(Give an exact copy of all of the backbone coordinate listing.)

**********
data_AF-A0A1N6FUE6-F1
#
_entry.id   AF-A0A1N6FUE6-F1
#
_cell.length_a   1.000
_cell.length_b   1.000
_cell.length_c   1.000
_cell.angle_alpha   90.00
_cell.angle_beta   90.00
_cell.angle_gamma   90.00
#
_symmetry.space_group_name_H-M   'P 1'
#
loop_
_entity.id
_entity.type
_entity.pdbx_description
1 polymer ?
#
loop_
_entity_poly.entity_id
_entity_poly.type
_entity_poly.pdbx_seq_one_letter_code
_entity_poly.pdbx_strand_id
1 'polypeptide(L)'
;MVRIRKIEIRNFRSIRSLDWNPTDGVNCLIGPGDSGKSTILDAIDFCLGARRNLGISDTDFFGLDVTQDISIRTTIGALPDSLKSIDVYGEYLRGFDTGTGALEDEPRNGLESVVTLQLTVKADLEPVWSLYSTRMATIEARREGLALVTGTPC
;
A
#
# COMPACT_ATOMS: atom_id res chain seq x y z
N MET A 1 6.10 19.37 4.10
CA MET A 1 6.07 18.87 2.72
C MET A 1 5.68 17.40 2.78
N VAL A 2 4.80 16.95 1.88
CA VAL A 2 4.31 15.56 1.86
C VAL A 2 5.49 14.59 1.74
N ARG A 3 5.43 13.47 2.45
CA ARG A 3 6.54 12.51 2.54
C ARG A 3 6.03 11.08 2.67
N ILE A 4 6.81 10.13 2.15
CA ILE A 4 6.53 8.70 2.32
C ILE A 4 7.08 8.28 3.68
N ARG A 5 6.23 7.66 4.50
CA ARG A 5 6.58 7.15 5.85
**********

data_AF-A0A1N6FUE6-F1
#
_entry.id   AF-A0A1N6FUE6-F1
#
_cell.length_a   1.000
_cell.length_b   1.000
_cell.length_c   1.000
_cell.angle_alpha   90.00
_cell.angle_beta   90.00
_cell.angle_gamma   90.00
#
_symmetry.space_group_name_H-M   'P 1'
#
loop_
_entity.id
_entity.type
_entity.pdbx_description
1 polymer ?
#
loop_
_entity_poly.entity_id
_entity_poly.type
_entity_poly.pdbx_seq_one_letter_code
_entity_poly.pdbx_strand_id
1 'polypeptide(L)'
;MVRIRKIEIRNFRSIRSLDWNPTDGVNCLIGPGDSGKSTILDAIDFCLGARRNLGISDTDFFGLDVTQDISIRTTIGALPDSLKSIDVYGEYLRGFDTGTGALEDEPRNGLESVVTLQLTVKADLEPVWSLYSTRMATIEARREGLALVTGTPC
;
A
#
# COMPACT_ATOMS: atom_id res chain seq x y z
N MET A 1 6.10 19.37 4.10
CA MET A 1 6.07 18.87 2.72
C MET A 1 5.68 17.40 2.78
N VAL A 2 4.80 16.95 1.88
CA VAL A 2 4.31 15.56 1.86
C VAL A 2 5.49 14.59 1.74
N ARG A 3 5.43 13.47 2.45
CA ARG A 3 6.54 12.51 2.54
C ARG A 3 6.03 11.08 2.67
N ILE A 4 6.81 10.13 2.15
CA ILE A 4 6.53 8.70 2.32
C ILE A 4 7.08 8.28 3.68
N ARG A 5 6.23 7.66 4.50
CA ARG A 5 6.58 7.15 5.85